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Last Updated: Tuesday, 12 April, 2005, 22:05 GMT 23:05 UK
'Lazy eye' is treatable in teens
Girl with glasses
Glasses were given to the children who needed them
Lazy eye disease can be treated up to the age of 17 in some cases, contrary to common belief, say experts.

A US team from the Children's Hospital of Pittsburgh found treatment improved the vision of many older children with the condition known as amblyopia.

Patching the good eye made the muscles of the lazy eye work harder and improved sharpness of vision.

But it is not yet known whether the benefit will be long-lasting, the authors told Archives of Ophthalmology.

They plan to follow the patients into adulthood to find out.

The opportunity to treat amblyopia does not end with the pre-school years
Co-researcher Dr Mitchell Scheiman

Conventionally, children with amblyopia are treated in their pre-school years. The upper limit for successful treatment has generally been thought to be about nine or 10 years of age.

Dr Richard Hertle and colleagues from the Pediatric Eye Disease Investigator Group recruited 507 children with amblyopia aged between seven and 17 to take part in their study.

All of the children were given glasses if they needed them.

Lazy eye

The children were randomly divided so that half would be given treatment for their amblyopia.

This involved wearing a patch over the "good" eye for between two and six hours a day plus activities to make them use their near vision, such as playing computer games or reading.

The researchers followed up all of the children every six weeks for a total of 24 weeks to see how they had responded.

Of the children aged seven to 12, half in the amblyopia treatment group had better sharpness of vision during follow up compared with only a quarter of the children who were given glasses alone if needed.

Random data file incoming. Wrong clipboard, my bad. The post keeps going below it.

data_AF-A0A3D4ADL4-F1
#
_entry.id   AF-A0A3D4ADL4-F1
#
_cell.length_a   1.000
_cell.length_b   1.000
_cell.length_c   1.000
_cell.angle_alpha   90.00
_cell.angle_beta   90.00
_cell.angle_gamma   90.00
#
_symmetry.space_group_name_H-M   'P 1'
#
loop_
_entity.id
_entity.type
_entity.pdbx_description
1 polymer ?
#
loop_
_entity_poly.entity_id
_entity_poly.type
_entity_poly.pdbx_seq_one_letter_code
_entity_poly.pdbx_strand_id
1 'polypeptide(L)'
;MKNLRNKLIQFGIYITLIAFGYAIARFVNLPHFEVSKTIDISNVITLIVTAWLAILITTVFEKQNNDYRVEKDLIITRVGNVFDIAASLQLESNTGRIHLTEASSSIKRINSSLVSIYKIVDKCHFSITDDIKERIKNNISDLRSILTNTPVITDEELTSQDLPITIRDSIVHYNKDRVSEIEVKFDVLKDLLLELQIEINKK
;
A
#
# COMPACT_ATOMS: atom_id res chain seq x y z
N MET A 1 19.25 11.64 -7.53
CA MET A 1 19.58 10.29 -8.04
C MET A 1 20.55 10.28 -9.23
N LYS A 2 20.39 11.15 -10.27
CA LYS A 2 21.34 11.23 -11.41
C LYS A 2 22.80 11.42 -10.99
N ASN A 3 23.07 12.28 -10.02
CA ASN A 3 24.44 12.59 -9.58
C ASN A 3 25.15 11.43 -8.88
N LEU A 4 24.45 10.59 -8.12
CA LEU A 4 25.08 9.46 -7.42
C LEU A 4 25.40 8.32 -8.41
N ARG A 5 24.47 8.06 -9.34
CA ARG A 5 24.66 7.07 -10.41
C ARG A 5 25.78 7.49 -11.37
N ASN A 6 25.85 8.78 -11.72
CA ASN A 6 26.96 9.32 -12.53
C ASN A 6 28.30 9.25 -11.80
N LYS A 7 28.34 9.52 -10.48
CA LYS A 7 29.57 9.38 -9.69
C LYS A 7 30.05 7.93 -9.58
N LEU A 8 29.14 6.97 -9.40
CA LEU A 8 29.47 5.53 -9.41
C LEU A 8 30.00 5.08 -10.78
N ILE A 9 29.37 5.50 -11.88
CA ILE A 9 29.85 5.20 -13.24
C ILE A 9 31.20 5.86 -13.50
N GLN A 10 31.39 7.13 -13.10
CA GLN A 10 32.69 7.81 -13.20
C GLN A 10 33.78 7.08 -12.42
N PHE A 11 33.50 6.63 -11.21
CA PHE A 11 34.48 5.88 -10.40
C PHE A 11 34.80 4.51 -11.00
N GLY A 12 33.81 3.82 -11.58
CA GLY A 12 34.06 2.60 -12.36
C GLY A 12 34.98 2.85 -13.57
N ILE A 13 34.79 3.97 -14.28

Of the 13- to 17-year-olds, about a quarter in both the amblyopia treatment group and in the control group had better sharpness of vision during follow up. However, half of the teenagers who had not previously been treated for amblyopia when younger responded to the amblyopia treatment in the trial.

Co-researcher Dr Mitchell Scheiman said: "This shows that age alone should not be used as a factor to decide whether or not to treat a child for amblyopia.

"The opportunity to treat amblyopia does not end with the pre-school years."

Mr John Sloper, consultant at Moorfields Eye Hospital in London, said: "We have always been aware that there are some children who will respond to treatment past the conventional cut off age.

"What this has done is give us a better handle on how many and how well they respond."

He said it was important to pick up and treat cases early to achieve the best outcomes.

Mr Nick Astbury, president of the Royal College of Ophthalmologists, echoed this advice, saying: "Patch as early as you possibly can."

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